An old adage states that there's a sucker born every minute. Today's inquiries: How many borrowers in default or foreclosure are suckers? More pertinently, How can mortgage servicers protect these suckers?
Eliciting these questions is the compelling case of Charles Head, a Los Angeles scam artist who federal authorities say allegedly targeted ‘homeowners in dire financial straits’ and robbed them of the titles to their homes and millions of dollars.
This week, U.S. Attorney McGregor Scott of Sacramento, the FBI and Internal Revenue Service announced a huge indictment against Head and 18 co-conspirators following the completion of ‘Operation Homewrecker.’ According to authorities, a foreclosure-rescue scam was at the core of the group's nefarious activities.
Between 2004 and 2006, the defendants reached out to borrowers who were on the ropes. They enticed a homeowner with a bailout option, whereby an ‘investor’ was added to the home's title, and the homeowner paid rent to that investor while the borrower repaired his credit.
Of course, it didn't work that way. The investor in the alleged scheme was a co-conspirator.
‘Once the straw buyer had title to the home, the defendants immediately applied for a mortgage to extract the maximum available equity from the home,’ authorities say. ‘The defendants would then share the proceeds of the ill-gotten equity and 'rent' being paid by the victim homeowner. When the defendants ultimately would sell the home, stop making the mortgage payment, and/or pursue an eviction proceeding, the victim homeowner was left without the home, equity or repaired credit.’
Is it regrettable that 47 homeowners were victimized? Yes. Are these 47 homeowners suckers? Yes. Granted, their desperation made them vulnerable to the fraudsters. However, another old adage is also applicable here: If something sounds too good to be true, it probably is.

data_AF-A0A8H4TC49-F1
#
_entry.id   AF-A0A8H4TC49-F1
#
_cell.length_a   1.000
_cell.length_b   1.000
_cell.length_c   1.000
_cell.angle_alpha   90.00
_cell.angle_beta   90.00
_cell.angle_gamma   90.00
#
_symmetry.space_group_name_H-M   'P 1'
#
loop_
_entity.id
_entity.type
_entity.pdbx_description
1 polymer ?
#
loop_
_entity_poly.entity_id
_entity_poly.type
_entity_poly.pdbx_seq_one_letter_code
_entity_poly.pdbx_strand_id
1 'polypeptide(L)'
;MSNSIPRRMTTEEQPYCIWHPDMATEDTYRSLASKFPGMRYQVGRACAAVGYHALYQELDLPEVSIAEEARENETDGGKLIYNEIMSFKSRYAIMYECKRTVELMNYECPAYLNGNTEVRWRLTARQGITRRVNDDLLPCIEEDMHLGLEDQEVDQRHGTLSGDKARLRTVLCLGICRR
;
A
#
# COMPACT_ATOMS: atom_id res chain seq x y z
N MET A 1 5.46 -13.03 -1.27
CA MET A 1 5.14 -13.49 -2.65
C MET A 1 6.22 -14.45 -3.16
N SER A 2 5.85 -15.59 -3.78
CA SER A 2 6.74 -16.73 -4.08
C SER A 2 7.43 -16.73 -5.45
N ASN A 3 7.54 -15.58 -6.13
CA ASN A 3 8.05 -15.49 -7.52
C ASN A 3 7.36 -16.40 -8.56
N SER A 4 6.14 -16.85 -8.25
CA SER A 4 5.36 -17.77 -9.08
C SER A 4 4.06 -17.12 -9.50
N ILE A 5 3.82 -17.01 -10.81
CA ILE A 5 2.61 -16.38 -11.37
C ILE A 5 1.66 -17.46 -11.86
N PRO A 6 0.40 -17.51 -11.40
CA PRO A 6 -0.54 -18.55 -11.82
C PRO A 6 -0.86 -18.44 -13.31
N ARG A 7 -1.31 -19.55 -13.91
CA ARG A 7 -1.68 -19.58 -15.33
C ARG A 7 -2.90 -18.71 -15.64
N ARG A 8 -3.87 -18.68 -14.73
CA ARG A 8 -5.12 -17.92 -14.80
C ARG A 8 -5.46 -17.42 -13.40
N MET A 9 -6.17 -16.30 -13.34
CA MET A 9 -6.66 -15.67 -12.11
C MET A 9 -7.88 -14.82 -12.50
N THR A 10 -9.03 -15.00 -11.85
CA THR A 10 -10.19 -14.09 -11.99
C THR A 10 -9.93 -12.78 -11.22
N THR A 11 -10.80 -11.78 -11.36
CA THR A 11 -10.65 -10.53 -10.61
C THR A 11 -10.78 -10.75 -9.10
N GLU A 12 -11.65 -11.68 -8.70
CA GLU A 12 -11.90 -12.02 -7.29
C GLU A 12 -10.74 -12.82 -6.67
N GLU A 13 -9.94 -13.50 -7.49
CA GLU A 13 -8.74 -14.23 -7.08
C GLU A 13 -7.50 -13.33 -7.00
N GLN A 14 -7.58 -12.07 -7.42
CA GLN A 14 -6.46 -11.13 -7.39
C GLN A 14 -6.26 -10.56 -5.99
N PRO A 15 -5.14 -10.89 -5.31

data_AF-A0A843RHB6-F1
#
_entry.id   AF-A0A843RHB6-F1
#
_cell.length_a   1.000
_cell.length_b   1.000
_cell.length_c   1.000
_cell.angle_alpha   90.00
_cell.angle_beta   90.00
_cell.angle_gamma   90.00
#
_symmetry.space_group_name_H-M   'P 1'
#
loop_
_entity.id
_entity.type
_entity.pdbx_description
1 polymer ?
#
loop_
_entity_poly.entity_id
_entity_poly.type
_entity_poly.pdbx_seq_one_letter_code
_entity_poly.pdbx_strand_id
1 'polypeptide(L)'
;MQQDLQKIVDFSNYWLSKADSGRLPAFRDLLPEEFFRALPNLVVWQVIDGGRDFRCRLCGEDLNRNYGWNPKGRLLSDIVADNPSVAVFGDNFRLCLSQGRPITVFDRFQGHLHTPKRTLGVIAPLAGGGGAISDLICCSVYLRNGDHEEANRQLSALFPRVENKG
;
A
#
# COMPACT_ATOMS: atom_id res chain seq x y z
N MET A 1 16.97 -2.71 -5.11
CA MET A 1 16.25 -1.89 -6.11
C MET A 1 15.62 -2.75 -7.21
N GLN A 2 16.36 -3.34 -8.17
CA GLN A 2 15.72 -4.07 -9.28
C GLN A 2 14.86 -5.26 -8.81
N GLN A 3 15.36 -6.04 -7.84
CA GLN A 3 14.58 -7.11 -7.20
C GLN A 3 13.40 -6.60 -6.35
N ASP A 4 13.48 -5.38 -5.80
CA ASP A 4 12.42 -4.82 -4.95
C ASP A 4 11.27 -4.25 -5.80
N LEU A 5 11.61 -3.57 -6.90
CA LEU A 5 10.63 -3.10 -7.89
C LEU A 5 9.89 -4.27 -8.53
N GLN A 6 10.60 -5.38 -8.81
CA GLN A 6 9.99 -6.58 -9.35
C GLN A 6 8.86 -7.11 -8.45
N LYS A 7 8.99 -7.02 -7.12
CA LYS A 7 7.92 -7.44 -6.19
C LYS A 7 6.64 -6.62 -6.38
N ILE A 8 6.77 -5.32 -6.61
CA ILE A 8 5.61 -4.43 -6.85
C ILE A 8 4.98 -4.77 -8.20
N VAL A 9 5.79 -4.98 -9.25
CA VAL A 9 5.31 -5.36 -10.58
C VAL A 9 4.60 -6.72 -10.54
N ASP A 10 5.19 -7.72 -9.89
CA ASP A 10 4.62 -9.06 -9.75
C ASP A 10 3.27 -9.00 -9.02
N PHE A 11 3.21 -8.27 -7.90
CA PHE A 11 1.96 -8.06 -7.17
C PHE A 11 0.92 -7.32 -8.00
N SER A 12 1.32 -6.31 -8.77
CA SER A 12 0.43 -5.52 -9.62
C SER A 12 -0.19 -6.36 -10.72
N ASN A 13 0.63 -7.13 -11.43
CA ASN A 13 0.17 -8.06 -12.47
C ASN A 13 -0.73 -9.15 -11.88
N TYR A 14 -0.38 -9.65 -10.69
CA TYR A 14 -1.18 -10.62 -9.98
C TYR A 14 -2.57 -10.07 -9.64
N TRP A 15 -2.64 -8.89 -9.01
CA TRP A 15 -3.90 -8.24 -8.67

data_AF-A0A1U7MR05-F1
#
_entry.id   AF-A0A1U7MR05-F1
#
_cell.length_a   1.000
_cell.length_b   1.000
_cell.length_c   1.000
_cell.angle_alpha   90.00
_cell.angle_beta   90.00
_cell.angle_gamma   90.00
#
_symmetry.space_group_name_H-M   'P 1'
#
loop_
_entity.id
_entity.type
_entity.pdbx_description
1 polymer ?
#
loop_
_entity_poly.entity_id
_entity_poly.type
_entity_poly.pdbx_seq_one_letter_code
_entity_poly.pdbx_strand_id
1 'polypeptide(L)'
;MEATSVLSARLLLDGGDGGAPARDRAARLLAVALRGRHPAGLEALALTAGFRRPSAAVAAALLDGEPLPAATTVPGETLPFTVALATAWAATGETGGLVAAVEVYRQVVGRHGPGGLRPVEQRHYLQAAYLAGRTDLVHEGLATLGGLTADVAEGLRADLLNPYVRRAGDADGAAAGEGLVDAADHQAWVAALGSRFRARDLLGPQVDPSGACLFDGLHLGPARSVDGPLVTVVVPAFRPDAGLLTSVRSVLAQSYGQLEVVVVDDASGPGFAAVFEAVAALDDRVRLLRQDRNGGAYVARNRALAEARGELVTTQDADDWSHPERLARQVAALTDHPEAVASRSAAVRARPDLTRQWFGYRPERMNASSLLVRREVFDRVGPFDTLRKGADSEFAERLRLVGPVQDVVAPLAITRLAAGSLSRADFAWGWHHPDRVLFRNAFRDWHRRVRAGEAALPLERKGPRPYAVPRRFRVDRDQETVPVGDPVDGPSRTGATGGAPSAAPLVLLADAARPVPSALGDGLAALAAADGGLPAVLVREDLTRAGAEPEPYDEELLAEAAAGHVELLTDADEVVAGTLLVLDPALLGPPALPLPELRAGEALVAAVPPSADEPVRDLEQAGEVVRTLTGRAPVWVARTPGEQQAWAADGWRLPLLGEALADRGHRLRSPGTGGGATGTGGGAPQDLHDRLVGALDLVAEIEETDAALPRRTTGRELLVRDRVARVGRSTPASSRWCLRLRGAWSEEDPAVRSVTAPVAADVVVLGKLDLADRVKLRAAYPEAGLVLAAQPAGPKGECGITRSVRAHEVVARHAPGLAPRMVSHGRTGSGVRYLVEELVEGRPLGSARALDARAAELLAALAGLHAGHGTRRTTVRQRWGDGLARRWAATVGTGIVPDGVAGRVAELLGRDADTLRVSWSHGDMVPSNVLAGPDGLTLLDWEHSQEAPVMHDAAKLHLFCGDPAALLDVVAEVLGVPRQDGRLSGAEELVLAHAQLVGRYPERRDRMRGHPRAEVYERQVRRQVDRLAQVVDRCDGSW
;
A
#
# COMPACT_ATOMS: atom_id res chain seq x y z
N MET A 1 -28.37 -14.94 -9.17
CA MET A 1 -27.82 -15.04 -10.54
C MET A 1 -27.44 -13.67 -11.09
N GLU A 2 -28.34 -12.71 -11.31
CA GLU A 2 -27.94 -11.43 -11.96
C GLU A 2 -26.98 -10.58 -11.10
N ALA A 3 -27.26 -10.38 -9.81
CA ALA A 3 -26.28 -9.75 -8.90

But let us set aside fraud, criminals and the preceding seemingly cynical viewpoint. Let us turn instead to what the case says about loss mitigation: Head and his co-conspirators effectively contacted and worked with borrowers. Although the motive was malignant, scammers – not servicers – made headway.
Of course, the details of each borrower's experience are unknown. It's certainly possible that every borrower's servicer made contact. But should we assume that none of the 47 borrowers was situated for a loan workout? Isn't it more likely that the fraudsters were simply more diligent and, thus, successful?
The point is this: Some people are suckers, and they can get taken for a ride. To deny this fact is to be dishonest with ourselves. Perhaps the mortgage servicing industry should be honest with itself. There are scammers seeking to take advantage of your borrowers, and recognizing this risk is a first step in protecting homeownership – and your bottom line.
As a second step, assess your borrower outreach and loss mitigation efforts. Has your operation set solid foundations with borrowers, to the point where they know that your company is the only entity that can truly help them out of a jam?
This is a message that should be communicated widely and loudly, particularly given today's default and foreclosure environment – which is far worse than it was between 2004 and 2006, when Head and his crew allegedly prowled for victims.